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Friday, August 9, 2019

Jeremiah Munley and Poet's Corner

I used this space a while back to talk about an epiphany.  A former teacher and I were talking about teachers I liked and, more importantly, respected.  The vast, vast majority were in the junior high and high school English departments.

Jeremiah Munley died Tuesday.  He was my English teacher for half of 8th grade and all of 9th.  He wasn't the nuts and bolts English guy-- no diagramming sentences, or parts of speech.  Literature and reading were his thing, at least in my day.

There was an odd experiment back in the mid 70's.  Jim Emmel, who died too young, had us for grammar, construction, and the like in the first half of 8th grade.  Munley had us for the second.  By the way, one of the great joys of my career was doing a little radio time at WARM, with Jim.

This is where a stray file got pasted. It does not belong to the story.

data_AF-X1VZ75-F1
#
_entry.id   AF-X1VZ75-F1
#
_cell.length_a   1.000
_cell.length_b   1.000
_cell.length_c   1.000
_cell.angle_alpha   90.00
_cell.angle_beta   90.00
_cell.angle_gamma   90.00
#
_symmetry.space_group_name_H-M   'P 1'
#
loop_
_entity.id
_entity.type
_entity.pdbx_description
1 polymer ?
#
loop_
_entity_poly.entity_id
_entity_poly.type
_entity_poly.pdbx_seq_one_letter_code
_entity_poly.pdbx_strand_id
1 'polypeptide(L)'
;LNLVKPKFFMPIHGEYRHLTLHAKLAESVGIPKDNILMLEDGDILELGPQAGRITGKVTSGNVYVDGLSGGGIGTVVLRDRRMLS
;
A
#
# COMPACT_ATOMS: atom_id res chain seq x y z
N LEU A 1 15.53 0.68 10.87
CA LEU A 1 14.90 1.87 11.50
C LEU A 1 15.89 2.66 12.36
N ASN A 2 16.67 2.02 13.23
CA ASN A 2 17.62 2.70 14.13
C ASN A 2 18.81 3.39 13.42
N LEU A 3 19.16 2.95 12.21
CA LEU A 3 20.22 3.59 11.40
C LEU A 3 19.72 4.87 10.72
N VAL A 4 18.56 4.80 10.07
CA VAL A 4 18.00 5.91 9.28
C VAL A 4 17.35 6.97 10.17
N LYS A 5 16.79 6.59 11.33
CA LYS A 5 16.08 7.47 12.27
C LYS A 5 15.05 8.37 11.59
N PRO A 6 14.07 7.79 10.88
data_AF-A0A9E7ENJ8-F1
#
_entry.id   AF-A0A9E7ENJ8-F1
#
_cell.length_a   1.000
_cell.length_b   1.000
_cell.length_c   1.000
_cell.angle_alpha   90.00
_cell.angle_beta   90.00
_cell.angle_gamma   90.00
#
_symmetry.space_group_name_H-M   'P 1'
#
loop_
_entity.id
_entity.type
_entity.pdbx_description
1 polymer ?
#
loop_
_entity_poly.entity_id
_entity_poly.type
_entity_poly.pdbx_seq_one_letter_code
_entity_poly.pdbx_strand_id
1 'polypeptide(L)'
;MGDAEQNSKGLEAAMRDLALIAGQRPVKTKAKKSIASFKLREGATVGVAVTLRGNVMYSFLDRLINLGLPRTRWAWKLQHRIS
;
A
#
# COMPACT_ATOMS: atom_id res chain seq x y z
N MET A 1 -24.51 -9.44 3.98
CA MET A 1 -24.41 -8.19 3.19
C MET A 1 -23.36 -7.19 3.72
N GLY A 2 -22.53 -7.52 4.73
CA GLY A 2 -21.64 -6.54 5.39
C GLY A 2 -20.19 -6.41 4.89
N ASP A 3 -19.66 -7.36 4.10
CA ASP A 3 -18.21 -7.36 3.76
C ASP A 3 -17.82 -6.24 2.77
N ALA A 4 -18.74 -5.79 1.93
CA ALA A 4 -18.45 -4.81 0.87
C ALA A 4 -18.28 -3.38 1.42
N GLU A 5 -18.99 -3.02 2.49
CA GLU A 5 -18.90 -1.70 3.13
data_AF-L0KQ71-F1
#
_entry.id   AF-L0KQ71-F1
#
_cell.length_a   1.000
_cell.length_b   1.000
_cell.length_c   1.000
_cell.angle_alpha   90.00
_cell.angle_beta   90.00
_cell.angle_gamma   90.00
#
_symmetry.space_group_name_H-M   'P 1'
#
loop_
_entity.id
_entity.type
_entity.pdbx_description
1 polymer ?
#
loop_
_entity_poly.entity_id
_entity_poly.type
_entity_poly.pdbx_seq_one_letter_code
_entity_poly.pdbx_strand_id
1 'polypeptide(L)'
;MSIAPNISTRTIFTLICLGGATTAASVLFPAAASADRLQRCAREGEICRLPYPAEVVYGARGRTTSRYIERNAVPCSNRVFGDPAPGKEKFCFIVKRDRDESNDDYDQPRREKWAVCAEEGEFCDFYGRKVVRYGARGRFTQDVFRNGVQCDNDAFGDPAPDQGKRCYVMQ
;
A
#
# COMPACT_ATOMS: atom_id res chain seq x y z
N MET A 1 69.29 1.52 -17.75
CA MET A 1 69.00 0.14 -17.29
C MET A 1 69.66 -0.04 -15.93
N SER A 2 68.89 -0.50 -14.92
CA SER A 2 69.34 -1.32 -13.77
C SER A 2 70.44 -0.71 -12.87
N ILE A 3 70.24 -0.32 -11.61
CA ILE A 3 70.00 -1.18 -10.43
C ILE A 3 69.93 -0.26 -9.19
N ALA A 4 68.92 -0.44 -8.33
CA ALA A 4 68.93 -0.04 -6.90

Mr. Munley taught with a sense of humor and I will never forget that.  His classes were fun.  I learned.  He taught us to write, and to think, and to feel.

I have to spend a few moments talking about Poet's Corner.  In 9th grade, Mr. Munley's English class was my last one before lunch.  If you were overly rambunctious, if you slightly misbehaved, you were forced to attend Poet's Corner, which cut in to the lunch break.  It wasn't long. The purpose was to inconvenience you by shaving a few minutes off your lunch time, and Poet's Corner consisted of Munley reciting a ribald poem with the naughty parts edited out.  It might have been one of the best punishments ever.  It was worth getting in trouble.

After the above mentioned epiphany, I tried to reconnect.  I left a couple of phone messages.  They were not returned.  I reached out via Facebook.  Nothing.  To say the least, I was disappointed. Maybe he wasn't well.   He probably didn't remember me, and that's okay.  I remembered him, and what he meant to my education.

My sympathy to Jeremiah Munley's family.  I believe I said "thank you" to him on one of my answering machine messages.  You, and Poet's Corner, were unforgettable.